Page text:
Hewlett-Packard in Palo Alto (Jason Doiy)
SAN FRANCISCO — Hewlett-Packard Co. will pay more than $108 million to resolve allegations that it bribed foreign officials in Russia, Poland and Mexico to win lucrative government contracts.
The Securities and Exchange Commission and the Department of Justice announced sweeping settlements with HP on Wednesday that address alleged violations of the Foreign Corrupt Practices Act in the three countries. As part of the deal, HP’s Russian subsidiary admitted it paid bribes to land a technology contract with the Russian government and will plead guilty to violating the FCPA. The company’s subsidiaries in Mexico and Poland also admitted wrongdoing in exchange for nonprosecution and deferred prosecution agreements, respectively.
HP will shell out nearly $76.8 million in criminal penalties and forfeiture. The company will also pay almost $31.5 million to settle administrative proceedings brought by the SEC. HP and its subsidiaries netted about $29 million from the schemes, according to the SEC’s order.
“Today’s resolution with HP reinforces the fact that there is no double standard: U.S. businesses must respect the same ethics and compliance standards whether they are selling products to foreign governments or to the United States government,” U.S. Attorney Melinda Haag said in a statement.
Washington, D.C.-based partner F. Joseph Warin and others at Gibson, Dunn & Crutcher served as lead counsel for HP in the investigation and negotiations. Fenwick & West partner Christopher Steskal, chairman of the firm’s white-collar and regulatory group, also represents the company.
Both the SEC and the DOJ have invested heavily in cracking down on corruption overseas, generating a healthy amount of work for attorneys specializing in white-collar defense and government investigations. The DOJ has filed six cases involving the FCPA and related charges so far this year, and the SEC has launched two enforcement actions, according to the agencies’ websites. The average settlement in 2013 was more than $80 million, nearly four times the previous year’s average, according to a Gibson Dunn study.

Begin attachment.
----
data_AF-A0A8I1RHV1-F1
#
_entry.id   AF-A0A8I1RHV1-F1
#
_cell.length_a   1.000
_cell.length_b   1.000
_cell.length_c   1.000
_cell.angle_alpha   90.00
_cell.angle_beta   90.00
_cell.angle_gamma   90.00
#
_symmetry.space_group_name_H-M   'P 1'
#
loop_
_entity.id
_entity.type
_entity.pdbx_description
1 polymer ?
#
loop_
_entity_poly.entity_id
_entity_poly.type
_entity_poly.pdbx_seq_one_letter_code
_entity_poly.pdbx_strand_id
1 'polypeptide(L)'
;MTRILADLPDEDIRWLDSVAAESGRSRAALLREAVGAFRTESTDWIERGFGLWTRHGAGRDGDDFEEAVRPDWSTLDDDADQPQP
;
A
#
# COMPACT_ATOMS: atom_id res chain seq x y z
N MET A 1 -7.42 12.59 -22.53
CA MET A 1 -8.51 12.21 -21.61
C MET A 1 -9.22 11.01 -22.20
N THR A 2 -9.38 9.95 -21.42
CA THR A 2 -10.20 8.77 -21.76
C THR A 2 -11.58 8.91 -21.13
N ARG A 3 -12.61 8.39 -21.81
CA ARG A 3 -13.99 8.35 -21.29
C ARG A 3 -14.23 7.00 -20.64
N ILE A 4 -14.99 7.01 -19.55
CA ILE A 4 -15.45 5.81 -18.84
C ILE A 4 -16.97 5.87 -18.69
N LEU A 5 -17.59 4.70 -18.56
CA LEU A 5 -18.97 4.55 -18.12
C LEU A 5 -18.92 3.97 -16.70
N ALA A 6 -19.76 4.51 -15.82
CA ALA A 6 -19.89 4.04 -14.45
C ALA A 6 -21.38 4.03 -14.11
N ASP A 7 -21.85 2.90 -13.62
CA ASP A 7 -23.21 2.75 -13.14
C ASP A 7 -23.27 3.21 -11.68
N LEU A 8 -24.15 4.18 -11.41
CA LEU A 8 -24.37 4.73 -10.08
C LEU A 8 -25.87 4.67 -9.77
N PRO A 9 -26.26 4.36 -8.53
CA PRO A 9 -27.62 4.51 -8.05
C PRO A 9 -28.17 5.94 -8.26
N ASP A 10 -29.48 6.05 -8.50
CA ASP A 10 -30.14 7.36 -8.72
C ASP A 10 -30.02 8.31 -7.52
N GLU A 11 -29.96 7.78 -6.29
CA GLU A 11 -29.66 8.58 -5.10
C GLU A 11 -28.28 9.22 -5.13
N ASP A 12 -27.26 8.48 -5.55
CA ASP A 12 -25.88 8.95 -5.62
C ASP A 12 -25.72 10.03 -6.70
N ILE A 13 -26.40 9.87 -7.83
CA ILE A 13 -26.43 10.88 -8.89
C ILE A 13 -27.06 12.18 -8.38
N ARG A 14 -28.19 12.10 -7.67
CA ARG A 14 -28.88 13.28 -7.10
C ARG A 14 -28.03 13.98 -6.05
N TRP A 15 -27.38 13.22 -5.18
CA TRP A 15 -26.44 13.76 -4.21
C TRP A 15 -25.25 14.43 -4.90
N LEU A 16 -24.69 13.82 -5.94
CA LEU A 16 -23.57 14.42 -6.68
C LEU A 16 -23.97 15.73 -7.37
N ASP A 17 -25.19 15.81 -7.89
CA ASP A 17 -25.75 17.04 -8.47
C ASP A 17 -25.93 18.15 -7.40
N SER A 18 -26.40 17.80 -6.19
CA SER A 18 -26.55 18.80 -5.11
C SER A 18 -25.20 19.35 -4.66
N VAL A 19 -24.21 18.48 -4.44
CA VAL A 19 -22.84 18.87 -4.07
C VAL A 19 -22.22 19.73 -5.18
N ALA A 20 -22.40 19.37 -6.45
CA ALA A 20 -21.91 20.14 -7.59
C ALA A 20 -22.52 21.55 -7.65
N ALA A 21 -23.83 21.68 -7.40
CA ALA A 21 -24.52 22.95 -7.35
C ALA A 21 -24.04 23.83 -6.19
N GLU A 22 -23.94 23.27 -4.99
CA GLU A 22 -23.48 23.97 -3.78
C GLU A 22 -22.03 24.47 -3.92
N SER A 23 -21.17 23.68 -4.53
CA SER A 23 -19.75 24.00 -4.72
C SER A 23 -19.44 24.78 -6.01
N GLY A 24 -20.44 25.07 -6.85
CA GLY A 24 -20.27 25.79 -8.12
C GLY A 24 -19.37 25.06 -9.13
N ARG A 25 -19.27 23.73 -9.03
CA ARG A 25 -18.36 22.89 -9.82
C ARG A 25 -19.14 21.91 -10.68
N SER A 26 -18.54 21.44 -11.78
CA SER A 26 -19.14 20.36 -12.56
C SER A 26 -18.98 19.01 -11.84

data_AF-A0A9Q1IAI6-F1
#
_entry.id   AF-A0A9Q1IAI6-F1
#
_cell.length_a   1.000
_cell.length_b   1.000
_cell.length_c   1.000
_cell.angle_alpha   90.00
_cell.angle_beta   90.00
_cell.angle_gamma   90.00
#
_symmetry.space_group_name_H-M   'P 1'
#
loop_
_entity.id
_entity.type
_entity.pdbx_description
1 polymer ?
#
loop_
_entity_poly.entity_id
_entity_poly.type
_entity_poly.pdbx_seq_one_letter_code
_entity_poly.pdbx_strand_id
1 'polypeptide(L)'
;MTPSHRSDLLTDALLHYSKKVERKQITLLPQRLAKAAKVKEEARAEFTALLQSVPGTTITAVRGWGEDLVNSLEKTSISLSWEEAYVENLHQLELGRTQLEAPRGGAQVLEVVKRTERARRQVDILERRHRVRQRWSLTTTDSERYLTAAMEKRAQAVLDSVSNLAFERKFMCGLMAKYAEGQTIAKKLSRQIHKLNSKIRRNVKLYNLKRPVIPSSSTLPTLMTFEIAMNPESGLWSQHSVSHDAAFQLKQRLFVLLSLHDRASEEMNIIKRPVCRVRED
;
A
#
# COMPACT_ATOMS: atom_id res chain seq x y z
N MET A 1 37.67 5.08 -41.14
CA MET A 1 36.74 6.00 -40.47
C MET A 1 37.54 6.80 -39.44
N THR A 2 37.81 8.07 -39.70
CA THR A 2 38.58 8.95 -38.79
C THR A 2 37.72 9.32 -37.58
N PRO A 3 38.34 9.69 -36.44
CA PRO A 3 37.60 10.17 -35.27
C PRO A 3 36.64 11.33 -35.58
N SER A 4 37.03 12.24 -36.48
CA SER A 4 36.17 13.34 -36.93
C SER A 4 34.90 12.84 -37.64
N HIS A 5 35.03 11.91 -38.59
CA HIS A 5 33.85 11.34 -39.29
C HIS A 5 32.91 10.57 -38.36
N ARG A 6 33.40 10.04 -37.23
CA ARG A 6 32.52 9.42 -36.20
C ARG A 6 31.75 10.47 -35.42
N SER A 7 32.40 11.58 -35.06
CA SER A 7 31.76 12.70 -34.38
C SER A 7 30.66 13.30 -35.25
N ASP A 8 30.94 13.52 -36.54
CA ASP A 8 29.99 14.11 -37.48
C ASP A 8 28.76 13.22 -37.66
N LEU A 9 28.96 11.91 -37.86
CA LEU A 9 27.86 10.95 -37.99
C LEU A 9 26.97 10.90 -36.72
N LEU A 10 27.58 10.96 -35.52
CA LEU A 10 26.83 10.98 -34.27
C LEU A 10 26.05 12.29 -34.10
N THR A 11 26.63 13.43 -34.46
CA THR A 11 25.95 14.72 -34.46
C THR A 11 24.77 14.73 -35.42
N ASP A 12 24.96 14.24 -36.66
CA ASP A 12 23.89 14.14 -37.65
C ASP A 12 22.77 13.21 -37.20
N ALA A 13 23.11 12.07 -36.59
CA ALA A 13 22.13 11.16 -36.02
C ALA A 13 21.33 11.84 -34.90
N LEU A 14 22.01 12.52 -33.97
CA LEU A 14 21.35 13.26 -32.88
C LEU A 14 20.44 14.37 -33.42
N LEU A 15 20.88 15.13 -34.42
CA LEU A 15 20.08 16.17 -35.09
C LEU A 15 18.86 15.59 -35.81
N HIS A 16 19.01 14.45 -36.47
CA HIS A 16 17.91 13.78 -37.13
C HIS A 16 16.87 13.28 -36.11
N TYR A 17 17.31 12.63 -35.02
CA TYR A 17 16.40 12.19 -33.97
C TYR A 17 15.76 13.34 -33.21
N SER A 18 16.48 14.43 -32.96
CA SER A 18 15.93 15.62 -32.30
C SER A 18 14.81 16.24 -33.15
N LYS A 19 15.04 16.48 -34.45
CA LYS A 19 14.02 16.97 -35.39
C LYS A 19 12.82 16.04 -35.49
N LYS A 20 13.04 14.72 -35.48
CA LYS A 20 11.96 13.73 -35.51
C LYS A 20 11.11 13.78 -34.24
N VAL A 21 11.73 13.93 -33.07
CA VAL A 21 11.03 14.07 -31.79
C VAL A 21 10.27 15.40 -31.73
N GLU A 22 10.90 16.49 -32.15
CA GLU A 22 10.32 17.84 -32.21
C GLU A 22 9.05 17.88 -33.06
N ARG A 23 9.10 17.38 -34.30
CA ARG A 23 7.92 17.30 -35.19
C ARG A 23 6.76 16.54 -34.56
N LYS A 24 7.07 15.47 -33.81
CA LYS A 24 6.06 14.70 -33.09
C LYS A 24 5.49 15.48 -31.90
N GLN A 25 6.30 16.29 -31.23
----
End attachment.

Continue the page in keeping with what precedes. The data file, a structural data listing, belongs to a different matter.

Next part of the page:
Other Valley companies have drawn scrutiny from the agencies. Oracle struck a $2 million settlement with the SEC for alleged violations of the FCPA in 2012, and Juniper Networks disclosed last fall that it is under investigation by the SEC and the DOJ for foreign corruption.
As the agencies continue to hire more attorneys dedicated to FCPA work and enlist more cooperation from foreign governments, enforcement is bound to intensify, said Dan Shallman, a white-collar partner at O’Melveny & Myers in Los Angeles.
“All signs point to the DOJ and the SEC approaching allegations of corrupt payments to foreign officials even more aggressively than they have done in the past,” he said.
HP General Counsel John Schultz said in a statement that the company cooperated fully with the SEC and DOJ and agreed to implement additional compliance and reporting procedures in the future.
“The misconduct described in the settlement was limited to a small number of people who are no longer employed by the company,” Schultz said.
Trial attorneys Ryan Rohlfsen and Jason Linder of the Criminal Division’s fraud section handled the Justice Department’s case with Assistant U.S. Attorney Adam Reeves in the Northern District of California. The SEC investigation was handled by David Berman and Tracy Davis, who work in the agency’s FCPA unit in San Francisco.
Although Washington is still the epicenter of FCPA enforcement, Main Justice has partnered more with local outposts on the cases in recent years, with the U.S. attorney’s offices in both Los Angeles and San Francisco joining the charge, said Shallman.
“It provides the government extra weight in going up against big companies with well-funded defenses,” he said.
Documents filed by federal prosecutors on Wednesday in San Francisco detail a decade of alleged misconduct by HP overseas.
“Hewlett-Packard subsidiaries created a slush fund for bribe payments, set up an intricate web of shell companies and bank accounts to launder money, employed two sets of books to track bribe recipients, and used anonymous email accounts and prepaid mobile telephones to arrange covert meetings to hand over bags of cash,” Deputy Assistant Attorney General Bruce Swartz said in a statement.
In 1999, the Russian government announced it would automate the infrastructure of the Office of the Prosecutor General, a project worth more than $100 million that HP Russia officials thought could be the “golden key” to up to $150 million in additional work, according to court papers. In pursuit of the contract, HP Russia employees allegedly funneled more than $2 million to a Russian official through agents and shell companies.
HP Poland allegedly gave a government official cash bribes and gifts worth more than $600,000 to win technology contracts with the Polish National Police Agency. After setting its sights on contracts with a state-owned petroleum company, HP Mexico allegedly paid $1.41 million in commissions to a consultant, who later handed some of the funds to a government official.
Wednesday’s deals settle the matter for HP, but its employees may not be in the clear. Both the SEC and the DOJ have vowed to go after individuals in recent years, and FCPA cases are no exception, though the prosecutions can be tricky to carry out, lawyers say.
“I think that if they can make cases against individuals, they will,” said Timothy Crudo, who heads the white-collar defense and government enforcement practice group at San Francisco’s Coblentz Patch Duffy & Bass. “But these kinds of cases often by definition involve folks in far-off countries.”
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